DAVAO CITY — Presumptive vice-president Sara Duterte-Carpio said on Monday that her push for the Reserve Officers' Training Corps (ROTC) has nothing to do with her planned appointment as the next education secretary.
"Remind ko lang sa lahat ng matalino that the Department of Education is all about basic education, plus Alternative Learning System (ALS)," she said on Davao City Disaster Radio.
"So, it has nothing to do with ROTC. Walang connection," she added.
In January this year, Duterte-Carpio said that she would push for mandatory military service for all Filipinos 18 years old and above if elected vice-president.
"Nakikita po natin ito sa ibang bansa, sa South Korea, sa Israel. Nakikita po natin 'yan doon sa kanila. Hindi po ROTC [Reserve Officers' Training Corps] lang na isang subject, o isang weekend o isang buwan sa isang taon," she had said.
(We see this being done in other countries like South Korea and Israel. It won't be like the ROTC that's just one subject, or just one weekend, or just one month in one year.)
When asked about her plans as the incoming Education secretary, Duterte-Carpio said she is awaiting her proclamation so she can sit down with the team of incumbent Education Sec. Leonor Briones.
"Sec. Briones already said that they are following a medium-term plan under the administration of President Duterte. Once we get that proclamation, we will start talking to the Department of Education," she said.
After that, she intends to consult with presumptive President Ferdinand "Bongbong" Marcos, Jr., her Halalan 2022 running mate, for his directives.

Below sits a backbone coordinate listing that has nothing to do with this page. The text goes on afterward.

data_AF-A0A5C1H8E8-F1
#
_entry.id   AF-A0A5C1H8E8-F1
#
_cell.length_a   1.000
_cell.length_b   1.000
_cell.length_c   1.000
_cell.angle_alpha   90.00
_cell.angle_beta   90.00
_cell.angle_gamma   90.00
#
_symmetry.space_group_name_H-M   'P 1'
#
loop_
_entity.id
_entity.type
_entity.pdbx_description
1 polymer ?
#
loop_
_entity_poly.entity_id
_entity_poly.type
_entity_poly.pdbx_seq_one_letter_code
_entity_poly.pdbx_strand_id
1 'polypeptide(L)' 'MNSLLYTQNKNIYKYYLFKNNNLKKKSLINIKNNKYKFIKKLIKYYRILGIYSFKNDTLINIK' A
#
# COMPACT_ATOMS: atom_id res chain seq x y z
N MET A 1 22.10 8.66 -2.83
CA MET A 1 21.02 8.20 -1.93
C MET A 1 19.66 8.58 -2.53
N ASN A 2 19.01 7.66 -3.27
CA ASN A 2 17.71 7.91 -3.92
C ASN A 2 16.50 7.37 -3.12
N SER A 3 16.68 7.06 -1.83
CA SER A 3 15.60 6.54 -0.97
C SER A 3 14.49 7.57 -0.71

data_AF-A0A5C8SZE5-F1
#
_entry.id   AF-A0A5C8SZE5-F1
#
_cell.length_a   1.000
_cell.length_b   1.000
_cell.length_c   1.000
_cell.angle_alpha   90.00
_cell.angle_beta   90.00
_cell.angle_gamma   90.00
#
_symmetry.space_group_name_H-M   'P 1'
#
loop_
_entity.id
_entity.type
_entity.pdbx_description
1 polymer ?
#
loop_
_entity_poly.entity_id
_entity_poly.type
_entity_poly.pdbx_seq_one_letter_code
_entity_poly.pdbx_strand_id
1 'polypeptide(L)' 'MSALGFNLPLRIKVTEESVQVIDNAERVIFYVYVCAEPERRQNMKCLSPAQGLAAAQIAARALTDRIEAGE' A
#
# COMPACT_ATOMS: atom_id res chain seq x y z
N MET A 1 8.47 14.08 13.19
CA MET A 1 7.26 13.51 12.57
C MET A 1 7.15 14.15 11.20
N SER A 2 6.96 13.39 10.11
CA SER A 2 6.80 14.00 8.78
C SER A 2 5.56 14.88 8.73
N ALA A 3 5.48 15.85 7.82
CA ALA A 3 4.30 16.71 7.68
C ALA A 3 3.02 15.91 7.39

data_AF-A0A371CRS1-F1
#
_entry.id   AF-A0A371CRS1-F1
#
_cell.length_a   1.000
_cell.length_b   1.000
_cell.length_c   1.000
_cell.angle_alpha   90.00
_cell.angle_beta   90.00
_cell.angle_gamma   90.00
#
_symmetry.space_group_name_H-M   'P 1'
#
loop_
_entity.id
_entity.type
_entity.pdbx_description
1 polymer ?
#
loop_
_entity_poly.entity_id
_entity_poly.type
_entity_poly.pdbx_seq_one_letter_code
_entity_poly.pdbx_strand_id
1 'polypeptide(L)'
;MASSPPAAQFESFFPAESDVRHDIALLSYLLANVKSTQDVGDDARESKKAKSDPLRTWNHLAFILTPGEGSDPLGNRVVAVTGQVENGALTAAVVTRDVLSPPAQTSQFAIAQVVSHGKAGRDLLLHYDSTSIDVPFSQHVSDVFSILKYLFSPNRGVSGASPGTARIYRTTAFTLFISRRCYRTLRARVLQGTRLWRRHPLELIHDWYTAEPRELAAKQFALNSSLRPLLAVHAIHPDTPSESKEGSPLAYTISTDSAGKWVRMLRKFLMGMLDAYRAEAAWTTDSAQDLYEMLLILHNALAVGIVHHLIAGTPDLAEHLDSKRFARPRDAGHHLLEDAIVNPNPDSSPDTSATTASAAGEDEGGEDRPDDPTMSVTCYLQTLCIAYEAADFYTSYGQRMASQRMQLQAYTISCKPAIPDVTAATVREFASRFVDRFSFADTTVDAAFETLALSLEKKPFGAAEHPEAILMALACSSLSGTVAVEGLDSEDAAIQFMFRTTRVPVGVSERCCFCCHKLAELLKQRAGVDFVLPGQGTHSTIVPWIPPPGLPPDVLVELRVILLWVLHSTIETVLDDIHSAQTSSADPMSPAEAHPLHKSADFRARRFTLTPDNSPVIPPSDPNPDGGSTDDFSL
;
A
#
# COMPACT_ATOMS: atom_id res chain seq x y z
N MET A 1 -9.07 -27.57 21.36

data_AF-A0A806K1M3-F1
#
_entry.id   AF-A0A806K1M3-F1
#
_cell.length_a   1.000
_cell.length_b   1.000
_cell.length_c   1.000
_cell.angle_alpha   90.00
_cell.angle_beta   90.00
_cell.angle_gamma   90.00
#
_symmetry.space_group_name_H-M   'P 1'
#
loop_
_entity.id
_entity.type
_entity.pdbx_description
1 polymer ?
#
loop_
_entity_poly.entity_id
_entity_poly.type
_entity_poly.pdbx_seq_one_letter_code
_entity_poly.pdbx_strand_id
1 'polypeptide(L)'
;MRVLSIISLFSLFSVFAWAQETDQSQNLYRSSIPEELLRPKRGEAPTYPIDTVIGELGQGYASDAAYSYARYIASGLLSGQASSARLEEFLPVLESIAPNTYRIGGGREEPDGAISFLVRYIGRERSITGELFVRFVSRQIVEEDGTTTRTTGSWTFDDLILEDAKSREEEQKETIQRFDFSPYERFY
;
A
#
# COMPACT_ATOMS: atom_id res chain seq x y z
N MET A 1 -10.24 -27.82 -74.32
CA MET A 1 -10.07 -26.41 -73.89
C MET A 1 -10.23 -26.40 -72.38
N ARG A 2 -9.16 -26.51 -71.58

Duterte-Carpio said she accepted the offer to take the helm of the DepEd because education is among her priorities, along with jobs and peaceful living.
"Our learners should be competitive among our neighboring countries, not just in Asia, but globally, worldwide, and the quality that our learners will produce," she said in Cebuano.
Duterte-Carpio said she will also look into the learnings that the students may have missed during the COVID-19 pandemic, which has been raging on for more than 2 years now.
"First, many students did not go to school during the pandemic. Second, many of our learners did not really adopt the modular or online classes. I think their learning in the past 2 years would have been different if they were in a classroom setup," she said.
Duterte-Carpio will be overseeing the agency responsible for the K-12 curriculum taught to over 27 million students. This includes how it discusses the administrations of Marcos' father, which was marred by human rights abuses and corruption, and of her father, President Rodrigo Duterte.
The DepEd is also trying to improve education quality following the Philippines' poor standing in international learning assessments, and is in the process of gradually reopening schools for in-person classes, which were banned in 2020 due to the pandemic.
Meanwhile, Duterte-Carpio agreed that face-to-face graduation ceremonies should be allowed again, noting that Davao City is the first local government unit (LGU) in the country that created an executive order that does not object in-person classes in all levels.
— report from Hernel Tocmo